In the WordPress world, when we look back an 2016 I think we’ll remember it as the year that we awoke to the importance of marketing. WordPress has always grown organically through word of mouth and its passionate community, but the hundreds of millions being spent advertising against WP has started to have an impact, especially for folks only lightly familiar with us.
I’ve started to hear about a number of folks across many WordPress companies and industries working on this from different angles, some approaching it from an enterprise point of view and some from a consumer point of view. There’s an opportunity for learning from each other, almost like a mastermind group. As the survey says:
Never have there been more threats to the open web and WordPress. Over three hundred million dollars has been spent in 2016 advertising proprietary systems, and even more is happening in investment. No one company in the WP world is large enough to fight this, nor should anyone need to do it on their own. We’d like to bring together organizations that would like to contribute to growing WordPress. It will be a small group, and if you or your organization are interested in being a part please fill out the survey below.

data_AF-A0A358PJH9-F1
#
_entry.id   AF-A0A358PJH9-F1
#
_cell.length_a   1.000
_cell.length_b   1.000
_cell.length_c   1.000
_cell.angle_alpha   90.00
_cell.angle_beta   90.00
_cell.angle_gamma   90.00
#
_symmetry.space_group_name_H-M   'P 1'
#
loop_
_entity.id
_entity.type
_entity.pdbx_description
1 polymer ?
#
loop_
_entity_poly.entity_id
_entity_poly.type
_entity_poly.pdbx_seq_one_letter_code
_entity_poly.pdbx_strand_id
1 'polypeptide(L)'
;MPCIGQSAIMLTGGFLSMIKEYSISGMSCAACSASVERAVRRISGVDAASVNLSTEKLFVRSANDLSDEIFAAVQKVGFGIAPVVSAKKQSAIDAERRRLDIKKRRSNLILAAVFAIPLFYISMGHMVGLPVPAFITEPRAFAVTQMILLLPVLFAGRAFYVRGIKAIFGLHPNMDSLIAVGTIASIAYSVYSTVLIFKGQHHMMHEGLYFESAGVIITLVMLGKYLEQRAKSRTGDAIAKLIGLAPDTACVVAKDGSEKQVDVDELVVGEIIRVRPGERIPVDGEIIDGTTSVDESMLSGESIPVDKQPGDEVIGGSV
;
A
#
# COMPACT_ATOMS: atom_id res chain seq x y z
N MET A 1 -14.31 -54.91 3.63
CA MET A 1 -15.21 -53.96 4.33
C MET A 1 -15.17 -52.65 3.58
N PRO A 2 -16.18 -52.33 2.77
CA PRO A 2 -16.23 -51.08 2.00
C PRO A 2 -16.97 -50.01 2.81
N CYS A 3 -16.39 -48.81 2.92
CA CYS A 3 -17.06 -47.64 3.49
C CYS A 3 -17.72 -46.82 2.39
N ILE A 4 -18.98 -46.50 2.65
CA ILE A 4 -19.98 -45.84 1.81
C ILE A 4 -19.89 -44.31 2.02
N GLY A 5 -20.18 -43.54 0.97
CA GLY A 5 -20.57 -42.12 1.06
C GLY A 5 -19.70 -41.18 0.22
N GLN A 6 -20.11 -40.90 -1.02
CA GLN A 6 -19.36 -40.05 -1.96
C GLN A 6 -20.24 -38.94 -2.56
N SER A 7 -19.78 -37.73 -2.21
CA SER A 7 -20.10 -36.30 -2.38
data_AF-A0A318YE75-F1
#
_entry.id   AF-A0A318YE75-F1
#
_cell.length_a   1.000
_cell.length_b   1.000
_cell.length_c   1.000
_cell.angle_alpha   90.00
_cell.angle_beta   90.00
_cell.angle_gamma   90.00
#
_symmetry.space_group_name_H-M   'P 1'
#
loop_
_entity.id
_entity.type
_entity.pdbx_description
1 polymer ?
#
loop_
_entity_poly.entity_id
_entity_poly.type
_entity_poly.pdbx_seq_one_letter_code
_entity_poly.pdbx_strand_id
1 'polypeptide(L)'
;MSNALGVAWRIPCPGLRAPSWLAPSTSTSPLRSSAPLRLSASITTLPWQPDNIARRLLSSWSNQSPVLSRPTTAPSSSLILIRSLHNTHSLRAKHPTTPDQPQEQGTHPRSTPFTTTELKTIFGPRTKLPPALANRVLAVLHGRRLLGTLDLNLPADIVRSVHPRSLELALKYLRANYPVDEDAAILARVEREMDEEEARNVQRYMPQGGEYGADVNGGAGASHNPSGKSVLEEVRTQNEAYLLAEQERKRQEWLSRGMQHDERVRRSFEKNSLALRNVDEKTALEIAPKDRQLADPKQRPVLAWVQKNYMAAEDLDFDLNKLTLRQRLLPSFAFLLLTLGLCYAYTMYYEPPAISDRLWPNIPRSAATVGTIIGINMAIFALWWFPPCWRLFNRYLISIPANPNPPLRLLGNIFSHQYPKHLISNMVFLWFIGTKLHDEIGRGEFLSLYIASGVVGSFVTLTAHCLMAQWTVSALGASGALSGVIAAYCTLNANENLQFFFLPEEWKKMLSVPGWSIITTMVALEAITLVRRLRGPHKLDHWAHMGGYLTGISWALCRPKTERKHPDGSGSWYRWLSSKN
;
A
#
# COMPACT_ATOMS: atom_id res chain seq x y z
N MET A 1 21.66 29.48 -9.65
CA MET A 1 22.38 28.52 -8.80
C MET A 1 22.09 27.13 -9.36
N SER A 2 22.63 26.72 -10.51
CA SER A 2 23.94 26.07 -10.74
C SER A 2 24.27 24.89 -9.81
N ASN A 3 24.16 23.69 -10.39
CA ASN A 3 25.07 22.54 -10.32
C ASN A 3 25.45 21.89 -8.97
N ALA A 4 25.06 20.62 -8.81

By working together we can amplify our efforts to bring open source to a wider audience, and fulfill WordPress’ mission to truly democratize publishing.
If this sounds interesting to you, apply using this survey.
Music videos are themselves an art form, and it’s always interesting to me how an artist chooses to transform the interpretation of their song with the video. I’ve listened to this song since it came out but haven’t seen the video until now, and it will definitely make me listen to it differently. Featuring Kendrick Lamar.